That will be followed by five months of fire, brimstone and plagues, with millions of people dying each day and corpses piling in the streets. Finally, on Oct. 21, the world ends exactly as the Book of Revelation says it will — with a bottomless pit, a lake of fire and, at last, a new heaven and new earth.
Doomsday preachers come and go, but at nearly 90 years old, the spry Camping has managed to ignite a nationwide movement that has garnered national attention.
Camping is not an ordained pastor with a church, and has no formal religious training. He can’t read or speak Greek, Hebrew or Jesus’ native Aramaic. His main predictive tool rests by his side in his wood-paneled office that looks like it was borrowed from the set of AMC’s Mad Men.
“I made a very deliberate decision to make the Bible my university,” Camping said, reaching for his battered, brown King James Bible and flipping nimbly through pages with marked-up margins and taped-up tears.
“I bought a Bible with a good leather cover. This is the sixth one. When you use them all the time they wear out.”
Christians have a saying: “It’s not how you mark your Bible, but how your Bible marks you that counts.” There are numerous people who know the Bible from cover to cover and yet misinterpret it and/or ignore its commands.
Camping appears to be one of them. The doomsday preachers turned into a false prophet when a previous date he set for the rapture, Sept. 6, 1994, came and went without the Judgment Day Camping had announced.
David Rastetter, who operated a now-defunct website titled, Family Radio is Wrong, noted that Camping actually suggested a number of dates:
Part of Mr. Camping’s confession is what he believes about the date of the return of our Lord Jesus Christ. 1994 is part of this confession. Which edition of his confession would you prefer?
(a) September 6, 1994? (subsequently extended a few days, given the slight variations in the ancient calendars). Or,
(b) September 15, 1994, the Jewish Day of Atonement? Or,
(c) September 25, 1994, the Jewish feast of tabernacles? Or,
(d) October 4, 1994, the actual birthday of Jesus that Mr. Camping calculated? Or,
(e) December 25, 1994, our traditional celebration of Christmas and Christ’s incarnation and birth, based on the statement in Revelation 11:10 that the enemies of God’s people would “send gifts one to another”? Or,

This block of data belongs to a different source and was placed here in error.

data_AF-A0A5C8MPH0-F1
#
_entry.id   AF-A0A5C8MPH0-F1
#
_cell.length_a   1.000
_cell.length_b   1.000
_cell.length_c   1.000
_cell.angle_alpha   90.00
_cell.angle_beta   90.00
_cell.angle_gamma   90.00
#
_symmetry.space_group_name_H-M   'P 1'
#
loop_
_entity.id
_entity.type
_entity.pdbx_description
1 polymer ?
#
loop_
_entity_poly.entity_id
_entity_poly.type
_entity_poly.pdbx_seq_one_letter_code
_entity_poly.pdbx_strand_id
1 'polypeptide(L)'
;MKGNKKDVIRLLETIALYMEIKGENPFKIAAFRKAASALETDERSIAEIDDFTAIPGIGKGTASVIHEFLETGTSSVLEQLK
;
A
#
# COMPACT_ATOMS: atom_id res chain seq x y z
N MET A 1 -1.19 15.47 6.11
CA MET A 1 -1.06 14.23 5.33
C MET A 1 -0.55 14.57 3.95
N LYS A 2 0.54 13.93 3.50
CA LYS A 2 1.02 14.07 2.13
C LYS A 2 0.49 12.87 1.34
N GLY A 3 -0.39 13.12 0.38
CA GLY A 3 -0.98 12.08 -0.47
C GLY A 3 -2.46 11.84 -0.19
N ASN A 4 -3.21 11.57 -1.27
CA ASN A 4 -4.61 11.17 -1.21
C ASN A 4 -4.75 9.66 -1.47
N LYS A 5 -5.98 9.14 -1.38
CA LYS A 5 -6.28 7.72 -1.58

(f) February 25, 1995, the Jewish feast of Purim? Or,
(g) May 3, 1996, when he was so sure of this date that he devoted several Open Forum programs to explain how the “four watches” (alluded to in Mark 13:35) extended the September 6, 1994 date until then? Or,
(h) His current teaching, that September 6, 1994 was the right date, after all, but for the beginning of the Great Tribulation, not Judgment Day? And, since we are at least halfway through the Great Tribulation, simple arithmetic says that the return of the Lord will be no later than 2008.
In other words, Mr. Camping doesn’t know what the date of the rapture is — which is just what each of his well-marked Bibles say in Matthew, Chapter 24:
“But about that day or hour no one knows, not even the angels in heaven, nor the Son,[f] but only the Father. As it was in the days of Noah, so it will be at the coming of the Son of Man. For in the days before the flood, people were eating and drinking, marrying and giving in marriage, up to the day Noah entered the ark; and they knew nothing about what would happen until the flood came and took them all away. That is how it will be at the coming of the Son of Man. Two men will be in the field; one will be taken and the other left. Two women will be grinding with a hand mill; one will be taken and the other left.
“Therefore keep watch, because you do not know on what day your Lord will come. But understand this: If the owner of the house had known at what time of night the thief was coming, he would have kept watch and would not have let his house be broken into. So you also must be ready, because the Son of Man will come at an hour when you do not expect him.
A poll conducted last year by the Pew Research Center for the People & the Press found that 41% of Americans expect Jesus’ return before 2040. But pinpointing an exact date is unusual, said John R. Hall, a sociology professor and author of “Apocalypse,” an examination of doomsday groups.
“What is interesting is that (Camping) is claiming he is studying the Bible and this is what the Bible says,” Hall said. “That is a very different thing than saying God has spoken to me and this is what has been revealed. It leaves him quite a bit of wiggle room.” […]
Camping was once well-regarded in the evangelical community, both for his encyclopedic knowledge of Scripture and his radio empire. But in the late 1980s, when he began teaching that churches have strayed from the Bible and embraced false doctrine, he lost much of that support.
Indeed, Harold Camping’s movement is now considered to be, theologically, a cult of Christianity.
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